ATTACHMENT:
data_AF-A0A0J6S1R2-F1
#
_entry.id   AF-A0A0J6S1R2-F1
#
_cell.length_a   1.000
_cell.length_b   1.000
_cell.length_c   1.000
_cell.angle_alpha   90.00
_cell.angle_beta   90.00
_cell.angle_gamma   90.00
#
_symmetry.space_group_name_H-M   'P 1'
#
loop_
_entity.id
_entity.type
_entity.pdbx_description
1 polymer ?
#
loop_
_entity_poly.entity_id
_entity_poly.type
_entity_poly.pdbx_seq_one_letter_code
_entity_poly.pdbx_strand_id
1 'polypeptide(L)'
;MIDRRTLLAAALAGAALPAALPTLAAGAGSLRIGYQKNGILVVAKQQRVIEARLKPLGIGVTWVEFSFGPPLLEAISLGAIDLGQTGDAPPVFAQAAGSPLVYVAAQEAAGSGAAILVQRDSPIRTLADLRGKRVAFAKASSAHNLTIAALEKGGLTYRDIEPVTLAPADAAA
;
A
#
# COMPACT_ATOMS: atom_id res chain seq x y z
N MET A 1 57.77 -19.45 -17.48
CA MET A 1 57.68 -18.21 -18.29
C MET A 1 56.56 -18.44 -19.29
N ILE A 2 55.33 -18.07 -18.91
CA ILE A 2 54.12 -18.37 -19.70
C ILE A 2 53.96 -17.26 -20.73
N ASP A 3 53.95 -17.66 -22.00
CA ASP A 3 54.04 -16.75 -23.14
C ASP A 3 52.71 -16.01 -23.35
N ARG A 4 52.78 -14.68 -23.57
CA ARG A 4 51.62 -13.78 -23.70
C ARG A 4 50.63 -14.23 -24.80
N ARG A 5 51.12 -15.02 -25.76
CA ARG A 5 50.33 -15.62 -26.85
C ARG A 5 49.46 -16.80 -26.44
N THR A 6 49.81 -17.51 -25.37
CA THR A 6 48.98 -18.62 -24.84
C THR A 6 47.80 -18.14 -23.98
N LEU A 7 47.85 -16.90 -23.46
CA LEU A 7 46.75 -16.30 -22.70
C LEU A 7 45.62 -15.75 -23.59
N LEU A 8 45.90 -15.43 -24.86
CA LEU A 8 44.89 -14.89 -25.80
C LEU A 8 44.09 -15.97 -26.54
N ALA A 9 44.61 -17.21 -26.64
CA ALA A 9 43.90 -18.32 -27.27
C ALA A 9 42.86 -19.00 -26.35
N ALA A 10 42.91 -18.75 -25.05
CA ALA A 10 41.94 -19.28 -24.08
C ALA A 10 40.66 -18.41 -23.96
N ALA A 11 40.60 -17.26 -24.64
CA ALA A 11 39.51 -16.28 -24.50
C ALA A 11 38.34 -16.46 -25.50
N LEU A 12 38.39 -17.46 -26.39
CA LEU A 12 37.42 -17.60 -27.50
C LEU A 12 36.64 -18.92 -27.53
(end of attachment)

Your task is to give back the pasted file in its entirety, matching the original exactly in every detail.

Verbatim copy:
data_AF-A0A0J6S1R2-F1
#
_entry.id   AF-A0A0J6S1R2-F1
#
_cell.length_a   1.000
_cell.length_b   1.000
_cell.length_c   1.000
_cell.angle_alpha   90.00
_cell.angle_beta   90.00
_cell.angle_gamma   90.00
#
_symmetry.space_group_name_H-M   'P 1'
#
loop_
_entity.id
_entity.type
_entity.pdbx_description
1 polymer ?
#
loop_
_entity_poly.entity_id
_entity_poly.type
_entity_poly.pdbx_seq_one_letter_code
_entity_poly.pdbx_strand_id
1 'polypeptide(L)'
;MIDRRTLLAAALAGAALPAALPTLAAGAGSLRIGYQKNGILVVAKQQRVIEARLKPLGIGVTWVEFSFGPPLLEAISLGAIDLGQTGDAPPVFAQAAGSPLVYVAAQEAAGSGAAILVQRDSPIRTLADLRGKRVAFAKASSAHNLTIAALEKGGLTYRDIEPVTLAPADAAA
;
A
#
# COMPACT_ATOMS: atom_id res chain seq x y z
N MET A 1 57.77 -19.45 -17.48
CA MET A 1 57.68 -18.21 -18.29
C MET A 1 56.56 -18.44 -19.29
N ILE A 2 55.33 -18.07 -18.91
CA ILE A 2 54.12 -18.37 -19.70
C ILE A 2 53.96 -17.26 -20.73
N ASP A 3 53.95 -17.66 -22.00
CA ASP A 3 54.04 -16.75 -23.14
C ASP A 3 52.71 -16.01 -23.35
N ARG A 4 52.78 -14.68 -23.57
CA ARG A 4 51.62 -13.78 -23.70
C ARG A 4 50.63 -14.23 -24.80
N ARG A 5 51.12 -15.02 -25.76
CA ARG A 5 50.33 -15.62 -26.85
C ARG A 5 49.46 -16.80 -26.44
N THR A 6 49.81 -17.51 -25.37
CA THR A 6 48.98 -18.62 -24.84
C THR A 6 47.80 -18.14 -23.98
N LEU A 7 47.85 -16.90 -23.46
CA LEU A 7 46.75 -16.30 -22.70
C LEU A 7 45.62 -15.75 -23.59
N LEU A 8 45.90 -15.43 -24.86
CA LEU A 8 44.89 -14.89 -25.80
C LEU A 8 44.09 -15.97 -26.54
N ALA A 9 44.61 -17.21 -26.64
CA ALA A 9 43.90 -18.32 -27.27
C ALA A 9 42.86 -19.00 -26.35
N ALA A 10 42.91 -18.75 -25.05
CA ALA A 10 41.94 -19.28 -24.08
C ALA A 10 40.66 -18.41 -23.96
N ALA A 11 40.60 -17.26 -24.64
CA ALA A 11 39.51 -16.28 -24.50
C ALA A 11 38.34 -16.46 -25.50
N LEU A 12 38.39 -17.46 -26.39
CA LEU A 12 37.42 -17.60 -27.50
C LEU A 12 36.64 -18.92 -27.53